An Animal Model of Sensation Seeking: The Adolescent Rat

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novelty preference, sensation seeking, adolescence, development

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Previous research has established a strong relationship between a rodent's preference for novelty and sensitivity to psychomotor stimulants. Rats with greater sensitivity to the motoric effects of amphetamine exhibit higher preferences for novelty. Additionally, animals with high novelty preference scores are more easily drug conditioned and are more sensitive to, and can more accurately discriminate, amphetamine doses. Novelty preference in animals has been compared to sensation seeking in humans and is strongly correlated with drug use and addiction vulnerability. Thus, the present studies employed a playground maze procedure to measure changes in novelty preference across age following either four or eight habituation trials using eight distinct objects. Early‐adult (postnatal day [PND] 59) animals did not exhibit a significant preference for a novel object regardless of total number of habituation trials. Early‐adolescent animals (PND 34) exhibited a preference for the novel object in fewer than four habituation trials, but exhibited no preference with increased habituation trials. These results are counterintuitive and may demonstrate an overgeneralization of the habituation trials specific to adolescent animals. Given that adolescence is a period of heightened exploration, one would expect adolescent animals to demonstrate an enhanced preference for novel stimuli using this paradigm. However, it is possible that the complexity of the task, as presented, reveals differences in the establishment and behavioral manifestation of associations during adolescence. To address this issue, a separate novelty paradigm was implemented using an open‐field habituation procedure followed by the introduction of a single novel object during the testing period. This revised design provides the foundation needed to better assess novelty‐induced locomotor activity and novelty preference in adolescent rats.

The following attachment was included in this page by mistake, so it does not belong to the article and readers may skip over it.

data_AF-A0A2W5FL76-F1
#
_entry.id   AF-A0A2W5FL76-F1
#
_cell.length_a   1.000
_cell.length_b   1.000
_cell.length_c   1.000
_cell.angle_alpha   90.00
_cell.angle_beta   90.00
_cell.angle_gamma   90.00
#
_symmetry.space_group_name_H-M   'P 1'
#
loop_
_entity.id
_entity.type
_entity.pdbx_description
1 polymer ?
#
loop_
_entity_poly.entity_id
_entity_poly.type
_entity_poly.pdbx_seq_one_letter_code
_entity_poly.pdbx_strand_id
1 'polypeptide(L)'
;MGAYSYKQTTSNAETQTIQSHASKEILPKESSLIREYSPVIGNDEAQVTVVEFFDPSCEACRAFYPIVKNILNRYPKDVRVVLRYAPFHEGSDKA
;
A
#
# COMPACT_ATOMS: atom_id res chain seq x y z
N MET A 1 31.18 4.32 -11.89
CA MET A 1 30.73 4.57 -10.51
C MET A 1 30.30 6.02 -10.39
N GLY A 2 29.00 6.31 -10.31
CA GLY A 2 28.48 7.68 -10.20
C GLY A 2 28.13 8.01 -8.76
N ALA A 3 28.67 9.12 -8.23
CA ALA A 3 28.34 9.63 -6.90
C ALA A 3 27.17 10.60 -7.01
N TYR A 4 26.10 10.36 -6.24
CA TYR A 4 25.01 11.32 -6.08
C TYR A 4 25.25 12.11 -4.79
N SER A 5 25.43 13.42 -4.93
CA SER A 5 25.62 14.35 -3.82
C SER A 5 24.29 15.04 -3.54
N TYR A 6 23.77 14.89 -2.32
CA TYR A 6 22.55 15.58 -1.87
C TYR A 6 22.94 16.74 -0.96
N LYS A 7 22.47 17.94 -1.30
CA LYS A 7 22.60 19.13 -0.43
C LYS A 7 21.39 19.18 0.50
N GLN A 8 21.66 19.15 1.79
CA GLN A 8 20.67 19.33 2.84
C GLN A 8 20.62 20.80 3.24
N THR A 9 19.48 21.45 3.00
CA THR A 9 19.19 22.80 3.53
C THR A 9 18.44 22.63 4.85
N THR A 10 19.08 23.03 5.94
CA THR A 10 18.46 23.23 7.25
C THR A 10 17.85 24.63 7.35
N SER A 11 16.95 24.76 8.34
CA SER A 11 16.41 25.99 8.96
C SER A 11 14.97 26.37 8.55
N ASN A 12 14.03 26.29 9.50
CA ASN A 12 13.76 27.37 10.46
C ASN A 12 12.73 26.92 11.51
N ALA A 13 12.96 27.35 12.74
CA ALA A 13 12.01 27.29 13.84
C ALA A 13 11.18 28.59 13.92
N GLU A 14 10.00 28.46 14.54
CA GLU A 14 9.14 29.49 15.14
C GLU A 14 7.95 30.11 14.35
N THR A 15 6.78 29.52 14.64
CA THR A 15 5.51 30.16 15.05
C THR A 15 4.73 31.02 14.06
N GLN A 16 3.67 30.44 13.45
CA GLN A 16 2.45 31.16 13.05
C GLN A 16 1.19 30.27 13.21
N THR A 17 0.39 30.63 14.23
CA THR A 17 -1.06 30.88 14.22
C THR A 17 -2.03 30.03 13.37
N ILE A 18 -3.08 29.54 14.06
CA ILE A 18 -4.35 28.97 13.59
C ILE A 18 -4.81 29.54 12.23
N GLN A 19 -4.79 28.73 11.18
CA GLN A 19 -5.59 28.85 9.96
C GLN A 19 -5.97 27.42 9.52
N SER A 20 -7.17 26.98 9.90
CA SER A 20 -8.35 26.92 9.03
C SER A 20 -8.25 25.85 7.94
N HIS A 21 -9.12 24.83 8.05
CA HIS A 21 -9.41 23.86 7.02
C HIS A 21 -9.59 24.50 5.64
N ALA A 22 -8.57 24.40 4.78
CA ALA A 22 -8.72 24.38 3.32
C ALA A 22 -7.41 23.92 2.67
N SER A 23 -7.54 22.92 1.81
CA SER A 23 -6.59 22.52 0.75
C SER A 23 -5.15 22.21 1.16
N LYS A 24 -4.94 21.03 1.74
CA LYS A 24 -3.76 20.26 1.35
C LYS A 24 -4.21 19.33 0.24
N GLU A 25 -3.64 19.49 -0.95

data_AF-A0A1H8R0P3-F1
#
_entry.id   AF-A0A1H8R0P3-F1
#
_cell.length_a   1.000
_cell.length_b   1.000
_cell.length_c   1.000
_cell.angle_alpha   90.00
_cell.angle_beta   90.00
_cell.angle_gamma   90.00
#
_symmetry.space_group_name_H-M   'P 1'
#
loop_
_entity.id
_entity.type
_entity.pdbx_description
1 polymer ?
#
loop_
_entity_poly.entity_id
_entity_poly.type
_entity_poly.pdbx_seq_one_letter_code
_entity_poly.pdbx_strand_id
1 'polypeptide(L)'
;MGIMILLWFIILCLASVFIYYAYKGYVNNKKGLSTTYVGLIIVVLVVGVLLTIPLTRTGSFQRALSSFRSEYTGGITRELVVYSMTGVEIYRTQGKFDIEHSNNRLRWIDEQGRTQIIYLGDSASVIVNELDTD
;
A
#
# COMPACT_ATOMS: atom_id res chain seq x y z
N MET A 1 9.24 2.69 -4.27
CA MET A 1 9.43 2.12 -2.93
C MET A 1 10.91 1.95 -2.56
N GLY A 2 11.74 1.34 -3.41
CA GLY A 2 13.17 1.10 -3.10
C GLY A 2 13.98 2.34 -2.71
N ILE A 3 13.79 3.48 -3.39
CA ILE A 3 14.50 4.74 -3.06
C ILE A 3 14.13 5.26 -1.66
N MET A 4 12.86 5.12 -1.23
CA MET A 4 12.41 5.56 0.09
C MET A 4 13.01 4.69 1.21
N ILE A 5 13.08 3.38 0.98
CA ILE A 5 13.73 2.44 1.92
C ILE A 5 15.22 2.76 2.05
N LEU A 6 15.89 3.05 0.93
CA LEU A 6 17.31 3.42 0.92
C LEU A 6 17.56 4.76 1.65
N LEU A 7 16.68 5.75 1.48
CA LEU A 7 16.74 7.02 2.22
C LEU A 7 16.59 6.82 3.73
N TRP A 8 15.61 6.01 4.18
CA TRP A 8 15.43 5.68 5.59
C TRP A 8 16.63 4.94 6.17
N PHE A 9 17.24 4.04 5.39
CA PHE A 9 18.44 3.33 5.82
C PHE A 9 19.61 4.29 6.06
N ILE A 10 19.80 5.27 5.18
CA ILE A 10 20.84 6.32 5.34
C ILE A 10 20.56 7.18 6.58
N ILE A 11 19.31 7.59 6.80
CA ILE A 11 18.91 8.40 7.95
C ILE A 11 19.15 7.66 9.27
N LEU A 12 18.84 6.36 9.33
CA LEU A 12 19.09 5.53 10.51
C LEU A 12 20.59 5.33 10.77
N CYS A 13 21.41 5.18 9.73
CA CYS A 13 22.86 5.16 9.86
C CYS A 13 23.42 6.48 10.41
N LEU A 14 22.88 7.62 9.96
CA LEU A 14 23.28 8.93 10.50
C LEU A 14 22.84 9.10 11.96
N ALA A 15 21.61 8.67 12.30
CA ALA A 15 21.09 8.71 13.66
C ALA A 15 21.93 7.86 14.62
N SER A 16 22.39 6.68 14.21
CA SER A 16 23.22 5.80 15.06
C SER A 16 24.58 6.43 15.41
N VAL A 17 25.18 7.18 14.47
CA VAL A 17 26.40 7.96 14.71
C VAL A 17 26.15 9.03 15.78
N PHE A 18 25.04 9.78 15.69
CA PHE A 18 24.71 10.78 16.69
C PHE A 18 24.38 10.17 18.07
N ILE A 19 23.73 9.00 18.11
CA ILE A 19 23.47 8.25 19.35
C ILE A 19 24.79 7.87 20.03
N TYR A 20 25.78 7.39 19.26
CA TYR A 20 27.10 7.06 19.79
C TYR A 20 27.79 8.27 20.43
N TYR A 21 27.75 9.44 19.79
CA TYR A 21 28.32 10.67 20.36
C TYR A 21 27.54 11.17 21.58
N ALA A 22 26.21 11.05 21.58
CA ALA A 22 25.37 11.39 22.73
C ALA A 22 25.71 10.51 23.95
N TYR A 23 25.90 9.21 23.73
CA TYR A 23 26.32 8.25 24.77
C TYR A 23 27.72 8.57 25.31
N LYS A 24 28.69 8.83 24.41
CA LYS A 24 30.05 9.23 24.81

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Annals of the New York Academy of Sciences, v. 1021, issue 1, p. 453-458